Saturday, December 13, 2008


MySQL communicates through either local unix sockets or over TCP/IP port 3306 (default). Database names, tables, field names, and passwords are case sensitive. SQL Commands are not case sensitive.

The main configuration file is /etc/my.cnf. Usually doesn't need tweaking, except when using the InnoDB storage engine, or if you have high performance requirements.

The main command line utilities are mysql, mysqldump, and mysqladmin. Many people like the phpMyAdmin package to manage MySQL through a web browser.

MySQL is not part of the default install in OS X.

Server Administration

Show all running MySQL processes
mysqladmin --user=root --password=xxx processlist

Show detailed status report
mysqladmin --user=root --password=xxx extended-status

Reload grant tables (after making security table changes)
mysqladmin --user=root --password=xxx reload

Show running configuration settings
mysqladmin --user=root --password=xxx variables

Kill a slow or locked process
First, get the process id using processlist, then
mysqladmin --user=root --password=xxx kill id

Reset the value of an autoincrement field in a table
  1. mysql --user=root database
  2. alter table tablename autoincrement=100;
Note: the above resets the autoincrement field to 100. Use caution!

Alter a table so it can grow beyond 4 GB in size

Even if your OS supports file sizes greater than 4 GB, and even though MySQL supports tables larger than 4 GB, it will still give you a "table full" error message if you try to insert records into a table that has reached 4 GB unless you tell it to allow tables to grow larger. You can set a global option in my.cnf or you can tell MySQL on a table by table basis. This command will allow a table to grow to roughly 300 GB:

ALTER TABLE tbl_name MAX_ROWS=1000000000 AVG_ROW_LENGTH=300;


Change/set the root password
  1. mysql --user=root mysql (initially no password)
  2. update user set Password=password('new_password') where user='root';
  3. flush privileges;
Create a user with remote update authority
  1. mysql --user=root --password=xxx mysql
  2. insert into user (Host, User, Password, Select_priv, Insert_priv, Update_priv, Delete_priv) values ('%', 'remote', password('xxx'), 'Y', 'Y', 'Y', 'Y');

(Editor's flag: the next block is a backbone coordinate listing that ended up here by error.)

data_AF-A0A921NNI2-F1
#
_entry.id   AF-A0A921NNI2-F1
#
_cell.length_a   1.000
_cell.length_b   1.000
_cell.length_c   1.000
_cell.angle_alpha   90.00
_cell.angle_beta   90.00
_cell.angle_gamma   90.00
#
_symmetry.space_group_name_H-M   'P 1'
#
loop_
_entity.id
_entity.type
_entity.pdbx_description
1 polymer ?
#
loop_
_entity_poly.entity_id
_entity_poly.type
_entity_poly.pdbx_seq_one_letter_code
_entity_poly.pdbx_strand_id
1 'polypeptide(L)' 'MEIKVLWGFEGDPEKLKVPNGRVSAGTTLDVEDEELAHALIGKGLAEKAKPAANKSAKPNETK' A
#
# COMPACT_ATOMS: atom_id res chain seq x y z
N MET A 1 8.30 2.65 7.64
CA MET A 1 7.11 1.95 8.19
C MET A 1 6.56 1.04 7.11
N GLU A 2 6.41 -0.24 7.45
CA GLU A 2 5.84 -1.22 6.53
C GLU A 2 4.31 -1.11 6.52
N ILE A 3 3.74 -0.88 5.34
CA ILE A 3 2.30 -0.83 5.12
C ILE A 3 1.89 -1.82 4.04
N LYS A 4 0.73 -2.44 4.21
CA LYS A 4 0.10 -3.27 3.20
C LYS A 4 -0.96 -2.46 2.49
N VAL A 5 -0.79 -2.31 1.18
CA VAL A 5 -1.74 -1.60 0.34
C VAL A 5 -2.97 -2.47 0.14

3. flush privileges;

Create a user with access to just the db1 database

  1. mysql --user=root --password=xxx mysql
  2. insert into user (Host, User, Password)
    values ('localhost', 'foo', password('xxx'));
  3. insert into db (Host, Db, User, Select_priv, Insert_priv,
    Update_priv, Delete_priv) values ('localhost', 'db1', 'foo',
    'Y', 'Y', 'Y', 'Y');
  4. flush privileges;

Backup and Restore

Dump all databases (schema and data)
mysqldump --user=root --password=xxx --all-databases > databases.sql

Dump a single database (schema and data)
mysqldump --user=root --password=xxx --databases db1 > db1.sql

Dump a single database (schema only)
mysqldump --all --no-data --user=root --password=xxx --databases db1 > db1.sql

Restore a database from a dump file
mysql --user=root --password=xxx <>

Load data from a text file

The LOAD DATA INFILE statement reads rows from a text file into a table at a very high speed.

For security reasons, when reading text files located on the server, the files must either reside in the database directory or be readable by all. Also, to use LOAD DATA INFILE on server files, you must have the FILE privilege on the server host. You can also load datafiles by using the mysqlimport utility; it operates by sending a LOAD DATA INFILE command to the server.

The defaults cause LOAD DATA INFILE to act as follows when reading input:

  • Look for line boundaries at newlines.
  • Do not skip over any line prefix.
  • Break lines into fields at tabs.
  • Do not expect fields to be enclosed within any quoting characters.
  • Interpret occurrences of tab, newline, or .. preceded by .. as literal characters that are part of field values.

Example using the defaults (tab delimited):

Example using an unquoted CSV file:


Log slow queries

MySQL can log queries that take a long time to complete by adding this option to /etc/my.cnf in the [mysqld] section:

The file should be created first with an owner of mysql:mysql. By default, a slow query is one that takes more than 10 seconds.